Press Release

Orlando RNs to Shed Light on how Patient Care and Community is Hurt by Recent Cuts

Press conference and rally Monday 7:30 am-9:30 am

Registered nurses and healthcare workers from throughout Orlando Health’s (OH) eight hospitals will hold a press conference and rally Monday morning to speak about the effects cuts are having on their ability to provide safe patient care, the National Nurses Organizing Committee (NNOC)-Florida announced today. The effects, described in more detail below, range from replacing a “sitter” (assigned to ensure a high-risk patient’s safety) with a technician on a different floor monitoring up to 12 cameras on a screen, to blood pressure cuffs not working.

Many of the RNs attending will be coming directly from working the first night shift impacted by the controversial differential pay cut. In early August, OH announced it would cut the night and weekend differential by more than 50 percent, affecting more than 15,000 employees and estimated to cause a loss of 90 jobs and a resulting $12 million loss to the local community. (Source: Institute for Health and Socio-Economic Policy calculation using IMPLAN methodology.) This comes at a time when the company is undergoing a costly expansion, and has reported a $271 million profit over the last four years.

The RNs continue to press hospital officials to rescind the cuts without threat of layoffs, maintain and improve nurse-to-patient safe staffing ratios, and agree to a fair process for employees to organize a union without interference from hospital management. Currently, management is adding insult to injury by its tactics of fear and intimidation against employees who wish to organize.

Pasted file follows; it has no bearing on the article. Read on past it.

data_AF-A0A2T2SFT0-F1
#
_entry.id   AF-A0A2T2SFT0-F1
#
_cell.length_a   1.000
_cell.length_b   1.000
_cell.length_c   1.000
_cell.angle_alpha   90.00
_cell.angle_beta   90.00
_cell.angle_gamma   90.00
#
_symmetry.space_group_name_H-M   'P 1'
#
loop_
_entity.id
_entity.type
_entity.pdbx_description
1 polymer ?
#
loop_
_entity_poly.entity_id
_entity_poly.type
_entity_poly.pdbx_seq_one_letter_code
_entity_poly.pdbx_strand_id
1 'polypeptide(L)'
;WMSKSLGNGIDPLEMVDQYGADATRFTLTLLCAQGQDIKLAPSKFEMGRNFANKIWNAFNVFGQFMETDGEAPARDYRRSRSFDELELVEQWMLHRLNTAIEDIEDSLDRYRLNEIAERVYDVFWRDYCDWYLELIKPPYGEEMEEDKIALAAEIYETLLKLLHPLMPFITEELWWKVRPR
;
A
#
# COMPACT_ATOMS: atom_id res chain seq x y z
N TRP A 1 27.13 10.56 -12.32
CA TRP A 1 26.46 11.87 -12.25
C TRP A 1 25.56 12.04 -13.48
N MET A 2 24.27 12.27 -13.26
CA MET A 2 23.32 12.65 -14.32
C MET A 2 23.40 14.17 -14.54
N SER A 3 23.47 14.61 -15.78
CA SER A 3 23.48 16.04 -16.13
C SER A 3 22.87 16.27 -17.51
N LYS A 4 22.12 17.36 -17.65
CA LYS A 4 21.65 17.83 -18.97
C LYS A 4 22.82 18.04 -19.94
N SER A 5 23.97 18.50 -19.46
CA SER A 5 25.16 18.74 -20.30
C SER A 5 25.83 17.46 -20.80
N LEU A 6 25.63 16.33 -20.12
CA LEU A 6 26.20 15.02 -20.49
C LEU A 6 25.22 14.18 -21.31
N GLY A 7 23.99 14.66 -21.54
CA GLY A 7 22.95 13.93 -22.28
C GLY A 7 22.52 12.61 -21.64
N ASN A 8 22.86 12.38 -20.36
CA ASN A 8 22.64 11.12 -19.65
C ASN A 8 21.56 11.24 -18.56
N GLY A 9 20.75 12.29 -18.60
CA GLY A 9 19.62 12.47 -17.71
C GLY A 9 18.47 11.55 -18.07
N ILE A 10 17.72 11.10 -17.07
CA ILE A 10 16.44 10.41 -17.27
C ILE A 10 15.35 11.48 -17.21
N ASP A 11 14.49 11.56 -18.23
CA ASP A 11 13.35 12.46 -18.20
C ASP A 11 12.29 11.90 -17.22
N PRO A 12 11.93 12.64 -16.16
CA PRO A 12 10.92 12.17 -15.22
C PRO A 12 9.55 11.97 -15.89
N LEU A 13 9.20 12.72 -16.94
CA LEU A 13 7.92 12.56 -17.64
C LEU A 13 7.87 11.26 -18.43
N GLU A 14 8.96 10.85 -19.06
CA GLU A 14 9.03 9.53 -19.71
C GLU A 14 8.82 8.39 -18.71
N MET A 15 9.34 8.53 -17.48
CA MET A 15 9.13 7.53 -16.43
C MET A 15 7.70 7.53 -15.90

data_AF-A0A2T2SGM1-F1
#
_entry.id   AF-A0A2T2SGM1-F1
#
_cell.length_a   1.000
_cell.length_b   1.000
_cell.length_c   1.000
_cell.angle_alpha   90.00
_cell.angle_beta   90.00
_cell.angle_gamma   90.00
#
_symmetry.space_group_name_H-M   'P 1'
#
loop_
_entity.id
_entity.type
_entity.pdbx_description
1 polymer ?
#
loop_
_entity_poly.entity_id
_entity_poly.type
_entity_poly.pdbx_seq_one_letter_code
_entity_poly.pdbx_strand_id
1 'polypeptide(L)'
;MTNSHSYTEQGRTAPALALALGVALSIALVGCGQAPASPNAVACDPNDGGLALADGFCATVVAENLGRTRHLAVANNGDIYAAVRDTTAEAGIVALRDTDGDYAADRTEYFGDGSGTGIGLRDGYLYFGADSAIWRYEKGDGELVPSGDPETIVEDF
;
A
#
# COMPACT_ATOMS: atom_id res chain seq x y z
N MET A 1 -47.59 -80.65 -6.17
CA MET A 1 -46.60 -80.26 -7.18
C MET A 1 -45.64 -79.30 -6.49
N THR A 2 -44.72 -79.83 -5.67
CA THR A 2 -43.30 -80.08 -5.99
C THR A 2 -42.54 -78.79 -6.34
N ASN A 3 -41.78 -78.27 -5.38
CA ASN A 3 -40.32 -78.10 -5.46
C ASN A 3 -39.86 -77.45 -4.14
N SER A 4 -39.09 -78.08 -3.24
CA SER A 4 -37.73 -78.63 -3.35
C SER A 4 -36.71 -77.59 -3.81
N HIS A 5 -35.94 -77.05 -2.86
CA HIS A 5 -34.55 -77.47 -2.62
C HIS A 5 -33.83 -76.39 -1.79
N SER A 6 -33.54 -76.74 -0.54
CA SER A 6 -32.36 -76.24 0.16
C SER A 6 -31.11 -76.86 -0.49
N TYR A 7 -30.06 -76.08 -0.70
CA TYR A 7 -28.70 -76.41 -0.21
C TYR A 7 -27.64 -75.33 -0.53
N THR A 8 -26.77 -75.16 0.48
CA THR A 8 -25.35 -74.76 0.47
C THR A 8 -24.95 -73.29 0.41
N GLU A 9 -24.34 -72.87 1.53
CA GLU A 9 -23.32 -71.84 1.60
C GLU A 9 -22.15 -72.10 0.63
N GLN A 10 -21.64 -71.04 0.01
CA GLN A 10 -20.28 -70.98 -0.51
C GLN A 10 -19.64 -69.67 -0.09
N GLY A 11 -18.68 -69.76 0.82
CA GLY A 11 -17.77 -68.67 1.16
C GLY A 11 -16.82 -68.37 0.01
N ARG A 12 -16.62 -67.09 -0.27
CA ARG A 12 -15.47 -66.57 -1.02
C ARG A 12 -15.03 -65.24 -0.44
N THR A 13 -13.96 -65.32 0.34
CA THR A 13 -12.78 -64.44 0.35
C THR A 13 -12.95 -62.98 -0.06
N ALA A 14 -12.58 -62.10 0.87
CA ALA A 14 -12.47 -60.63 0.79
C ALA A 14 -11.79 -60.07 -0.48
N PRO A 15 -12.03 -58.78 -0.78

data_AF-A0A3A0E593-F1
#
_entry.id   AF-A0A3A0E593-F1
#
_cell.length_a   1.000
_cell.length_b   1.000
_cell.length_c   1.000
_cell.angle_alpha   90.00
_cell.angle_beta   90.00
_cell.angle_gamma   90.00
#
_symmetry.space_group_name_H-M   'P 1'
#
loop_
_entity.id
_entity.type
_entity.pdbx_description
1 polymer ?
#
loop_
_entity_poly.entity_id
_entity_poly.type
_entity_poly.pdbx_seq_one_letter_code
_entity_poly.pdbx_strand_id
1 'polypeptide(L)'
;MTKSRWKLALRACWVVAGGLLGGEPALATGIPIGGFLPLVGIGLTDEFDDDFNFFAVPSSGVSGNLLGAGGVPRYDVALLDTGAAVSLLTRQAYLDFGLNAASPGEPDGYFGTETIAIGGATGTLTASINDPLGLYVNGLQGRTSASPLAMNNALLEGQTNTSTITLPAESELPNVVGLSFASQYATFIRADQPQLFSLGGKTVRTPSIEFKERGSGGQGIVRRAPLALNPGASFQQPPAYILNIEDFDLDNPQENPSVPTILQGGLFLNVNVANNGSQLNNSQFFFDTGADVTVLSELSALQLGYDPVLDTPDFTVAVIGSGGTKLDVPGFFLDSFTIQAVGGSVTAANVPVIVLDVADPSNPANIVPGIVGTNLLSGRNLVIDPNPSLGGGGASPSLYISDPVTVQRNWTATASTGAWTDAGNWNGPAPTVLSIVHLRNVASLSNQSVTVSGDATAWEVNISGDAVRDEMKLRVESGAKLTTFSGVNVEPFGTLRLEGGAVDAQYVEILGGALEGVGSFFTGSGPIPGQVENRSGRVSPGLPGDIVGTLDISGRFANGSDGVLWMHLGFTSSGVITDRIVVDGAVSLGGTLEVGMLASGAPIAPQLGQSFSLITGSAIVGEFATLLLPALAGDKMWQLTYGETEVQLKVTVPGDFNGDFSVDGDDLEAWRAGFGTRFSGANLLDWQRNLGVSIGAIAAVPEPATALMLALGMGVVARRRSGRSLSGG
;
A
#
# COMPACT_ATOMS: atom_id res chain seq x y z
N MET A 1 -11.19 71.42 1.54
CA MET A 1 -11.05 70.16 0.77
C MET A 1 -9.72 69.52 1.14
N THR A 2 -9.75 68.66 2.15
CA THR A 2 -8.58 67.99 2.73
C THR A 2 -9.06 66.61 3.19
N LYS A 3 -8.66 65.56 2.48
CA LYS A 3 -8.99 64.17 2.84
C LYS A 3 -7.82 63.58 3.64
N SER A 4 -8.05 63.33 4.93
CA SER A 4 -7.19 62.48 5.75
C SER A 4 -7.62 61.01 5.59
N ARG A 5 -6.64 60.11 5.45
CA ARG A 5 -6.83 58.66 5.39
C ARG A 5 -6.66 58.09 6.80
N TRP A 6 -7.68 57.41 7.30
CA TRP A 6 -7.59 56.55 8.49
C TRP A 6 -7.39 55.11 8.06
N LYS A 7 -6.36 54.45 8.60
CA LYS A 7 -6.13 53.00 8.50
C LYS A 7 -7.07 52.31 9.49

What: Orlando Nurses Press Conference and Rally for Safe Care

When: Monday, Oct. 7, 7:30 a.m.–9:30 a.m.

Where: Lake Eola—195 North Rosalind @ Washington, Orlando

(Where the farmers market is located)

“These cuts have initiated a cycle of challenges for both nurses as well as our community,” said Sarah Collins, an RN at Winnie Palmer Hospital who works in the neonatal intensive care unit (NICU). “We have lost, and will continue to lose, excellent clinical nurses with years of loyalty and, subsequently, unparalleled experience. Those of us who remain will face increased challenges to continue to deliver safe care to our patients with decreased staffing and with the lack of guidance from our most experienced colleagues.”

“Nurses have always prided themselves on providing safe quality care for our patients,” said Sarah Lasher, an RN who works with critically ill infants at the Winnie Palmer Hospital. OH is standing fast on its decision to cut in our nightshift differential. The cold, hard truth is that this is affecting patient care. Our ability to be patient advocates is being seriously tested and is why we have made the decision to join together and organize with NNOC, a professional nurses organization, that more than 5,000 RNs from hospitals throughout Florida have already accomplished.”